Cummins and IMS have enjoyed a long history together since the first Indy 500 race in 1911. During that Inaugural Indy 500, Cummins’ founder, Clessie Cummins, served on the pit crew for the Marmon Wasp driven by race winner Ray Harroun. 

“Thomas Gregg Neighborhood School was really excited to be part of this opportunity with Cummins and the Indianapolis Motor Speedway,” says Anuja Petruniw, Director of Operations and Neighborhood Engagement. “Community Day was a chance for our students to learn about racing traditions in Indianapolis during the Month of May. For many of our students, they have never had the opportunity before to experience the excitement and history of the Indianapolis 500. Today, that changed because of Community Day! The ongoing partnership we have with Cummins is so special to us because of the opportunities our students get to engage with real STEM professionals while learning real-world skills that are preparing them for college and career."

The students, from 10 schools across Indianapolis, were wide-eyed as the drivers visited and talked about what it’s like to be a race car driver – relaying their experiences about the physicality, dedication and fun! 

Cummins volunteers helping students build cars

The students eagerly learned more about racing by not only hearing from the drivers directly but by also having the opportunity to participate in a variety of fun games and competitions. 

The sessions ended with the Indianapolis youth charged up for what lies ahead during Indy 500 race weekend, including a milk toast send-off for all the drivers! 

Cummins Office Building

Cummins Inc.

Cummins, a global power technology leader, is a corporation of complementary business segments that design, manufacture, distribute and service a broad portfolio of power solutions. The company’s products range from internal combustion, electric and hybrid integrated power solutions and components including filtration, aftertreatment, turbochargers, fuel systems, controls systems, air handling systems, automated transmissions, electric power generation systems, microgrid controls, batteries, electrolyzers and fuel cell products.

Navigating Customer Relationships during Covid-19: A Day in the Life of an Account Executive at Cummins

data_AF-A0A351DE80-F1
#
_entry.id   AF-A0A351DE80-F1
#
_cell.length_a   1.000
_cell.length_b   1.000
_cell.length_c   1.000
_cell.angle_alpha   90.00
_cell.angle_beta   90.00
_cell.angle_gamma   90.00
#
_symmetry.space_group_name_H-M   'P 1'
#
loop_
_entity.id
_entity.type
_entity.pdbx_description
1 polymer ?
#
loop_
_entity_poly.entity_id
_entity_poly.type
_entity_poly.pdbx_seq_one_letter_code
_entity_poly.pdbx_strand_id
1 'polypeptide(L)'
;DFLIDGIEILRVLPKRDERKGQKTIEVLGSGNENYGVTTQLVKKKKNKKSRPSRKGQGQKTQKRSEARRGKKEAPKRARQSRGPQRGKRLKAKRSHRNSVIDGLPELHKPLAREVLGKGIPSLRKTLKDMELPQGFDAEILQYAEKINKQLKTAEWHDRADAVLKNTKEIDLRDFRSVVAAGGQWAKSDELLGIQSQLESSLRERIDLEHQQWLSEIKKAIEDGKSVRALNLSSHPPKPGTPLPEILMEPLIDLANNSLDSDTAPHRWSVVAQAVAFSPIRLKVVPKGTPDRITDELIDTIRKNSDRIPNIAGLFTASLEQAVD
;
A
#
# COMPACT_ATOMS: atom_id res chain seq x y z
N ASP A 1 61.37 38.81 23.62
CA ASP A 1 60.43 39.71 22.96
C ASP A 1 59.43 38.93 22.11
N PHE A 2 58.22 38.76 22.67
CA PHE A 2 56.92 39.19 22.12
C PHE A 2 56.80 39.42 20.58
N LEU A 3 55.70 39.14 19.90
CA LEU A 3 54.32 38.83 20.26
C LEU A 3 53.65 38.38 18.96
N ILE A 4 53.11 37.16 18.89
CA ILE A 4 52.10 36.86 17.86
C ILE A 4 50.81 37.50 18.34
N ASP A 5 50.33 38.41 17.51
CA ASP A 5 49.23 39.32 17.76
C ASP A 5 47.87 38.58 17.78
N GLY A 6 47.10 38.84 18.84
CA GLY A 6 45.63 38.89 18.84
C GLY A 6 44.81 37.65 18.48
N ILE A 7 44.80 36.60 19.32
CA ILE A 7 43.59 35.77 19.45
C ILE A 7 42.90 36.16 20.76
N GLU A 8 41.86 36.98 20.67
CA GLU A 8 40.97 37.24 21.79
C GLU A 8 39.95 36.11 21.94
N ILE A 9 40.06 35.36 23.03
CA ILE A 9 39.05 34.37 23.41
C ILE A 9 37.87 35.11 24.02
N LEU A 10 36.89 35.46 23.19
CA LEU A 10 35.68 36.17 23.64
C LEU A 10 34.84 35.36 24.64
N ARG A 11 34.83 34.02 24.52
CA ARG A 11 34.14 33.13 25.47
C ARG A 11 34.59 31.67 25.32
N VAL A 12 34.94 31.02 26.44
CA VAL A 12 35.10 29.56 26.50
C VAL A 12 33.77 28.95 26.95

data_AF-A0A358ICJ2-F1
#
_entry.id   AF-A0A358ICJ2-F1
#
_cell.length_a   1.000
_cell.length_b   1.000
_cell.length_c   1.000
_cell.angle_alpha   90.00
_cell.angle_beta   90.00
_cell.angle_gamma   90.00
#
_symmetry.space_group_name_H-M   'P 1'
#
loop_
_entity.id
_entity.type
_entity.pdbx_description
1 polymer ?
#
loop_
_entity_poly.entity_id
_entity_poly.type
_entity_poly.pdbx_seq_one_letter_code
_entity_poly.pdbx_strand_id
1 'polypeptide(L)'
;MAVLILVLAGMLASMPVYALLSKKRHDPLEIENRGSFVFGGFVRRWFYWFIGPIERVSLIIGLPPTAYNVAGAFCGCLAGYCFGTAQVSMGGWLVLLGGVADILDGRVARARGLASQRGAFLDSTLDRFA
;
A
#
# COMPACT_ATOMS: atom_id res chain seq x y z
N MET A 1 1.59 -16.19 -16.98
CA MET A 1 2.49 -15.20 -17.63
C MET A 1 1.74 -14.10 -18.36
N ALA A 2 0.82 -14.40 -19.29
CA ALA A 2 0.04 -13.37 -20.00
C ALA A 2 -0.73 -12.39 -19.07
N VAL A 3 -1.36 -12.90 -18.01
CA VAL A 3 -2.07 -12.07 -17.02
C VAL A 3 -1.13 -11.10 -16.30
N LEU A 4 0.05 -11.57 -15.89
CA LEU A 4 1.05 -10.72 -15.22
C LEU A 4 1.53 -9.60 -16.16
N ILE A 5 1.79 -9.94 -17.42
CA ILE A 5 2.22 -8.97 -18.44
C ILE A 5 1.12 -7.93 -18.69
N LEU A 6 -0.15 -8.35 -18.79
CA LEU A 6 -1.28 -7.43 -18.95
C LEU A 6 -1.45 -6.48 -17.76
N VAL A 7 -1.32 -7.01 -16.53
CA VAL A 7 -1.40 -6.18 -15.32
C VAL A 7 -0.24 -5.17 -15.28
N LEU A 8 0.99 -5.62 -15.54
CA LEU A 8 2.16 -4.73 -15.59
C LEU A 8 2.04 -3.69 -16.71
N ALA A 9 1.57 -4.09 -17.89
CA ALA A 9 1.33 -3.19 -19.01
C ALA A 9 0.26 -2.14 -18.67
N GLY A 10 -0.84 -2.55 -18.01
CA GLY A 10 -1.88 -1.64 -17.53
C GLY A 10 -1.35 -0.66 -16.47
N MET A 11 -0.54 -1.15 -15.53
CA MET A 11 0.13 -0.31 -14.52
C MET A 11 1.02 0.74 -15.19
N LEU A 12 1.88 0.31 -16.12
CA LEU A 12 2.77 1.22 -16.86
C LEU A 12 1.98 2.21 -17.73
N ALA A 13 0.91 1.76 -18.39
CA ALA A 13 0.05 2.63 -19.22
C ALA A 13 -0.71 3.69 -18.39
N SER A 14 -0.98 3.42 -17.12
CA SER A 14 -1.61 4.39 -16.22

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In March 2020, after eight years working in various roles at Cummins, Grant joined the North America Business Leasing Team—the day the world shut down. As an account executive, Grant handles customer relationships for big-volume truck leasers like Penske, PacLease and Idealease. 

"Penske has almost 100,000 vehicles with Cummins engines and claims six to seven thousand warranties per month," Grant says. "On any given day, something can go wrong, and it's my job to be the voice of our customers and help claims get through quickly for them."  

Grant escalates customer issues from home, often with his three young boys playing in the background. Working remotely has been an adjustment for someone like Grant who thrives on face-to-face interaction, but he credits Cummins culture for his success in transitioning to fully remote work. 

"It's an extremely large company with over 70,000 employees globally operating in 193 countries," he says. "We build over 1M engines per year. We're everywhere. So easily, in a company this size, you could get lost. The culture could get away from itself. But what I've seen, from the top down—and I've experienced three CEOs since I've been here—they've built this really special culture of collaboration. Everyone is willing to roll up their sleeves and support each other. Leadership is accessible at every level." 

As a former collegiate cross-country coach for a D3 university, Grant appreciates the value of peer-to-peer collaboration and the mentoring and coaching he receives from his managers, who always seem to be looking for where he might be an asset next.

"My previous bosses [at Cummins], and especially the one I have right now, we talk about that every month. They ask me, 'What do you want to do next? What's the best thing for you? What do you enjoy? What do you not enjoy?' so that when an opportunity presents itself, I can be opportunistic," he says. 

Even if the opportunity is not the perfect fit, he understands that new roles can still benefit your career by pushing you and helping you grow. 

"Traditional managers want to keep you in a function because it's easy. You know it, and they don't have to retrain you," he says. "But as a complex organization, Cummins realizes that the broader base you build, the better suited you are to grow the business."

In much the same way Cummins is focused on a zero-emissions future with emerging energy technologies, Grant also realizes, "You're not moving anything forward if you're not improving what's coming up after you." 

Because of Grant's undergraduate degree in biology, he views corporate culture as an evolving ecosystem.

"For anything— whether it's an animal ecosystem or a complex organization of people—to be long-term sustainable, you have to have diversity," he says. "When you meld together diverse cultures, people, socioeconomic backgrounds, personalities, and thought processes, you get a variety of ideas to create positive friction. Ultimately that's what helps any business be more sustainable in the long term." 

Grant admits that, as a straight, white man who grew up in the Midwest, he didn't have much experience with diversity before Cummins. During his Cummins internship, he was in a cohort of 12 people, and, he says, "I was the only person who looked like me, which I had never experienced in my life, coming from small-town Ohio." 

Now in Columbus, IN (U.S.), he marvels at how Cummins, a multi-billion-dollar company, has managed to maintain a small-town feel. 

"Imagine a town of just 45,000 people, yet you have folks from many different countries sitting at an Applebee's. It's almost surreal. It's cool, and I'm excited for my boys because just by living in Columbus, near Cummins, they'll experience different cultures that I didn't get to while growing up."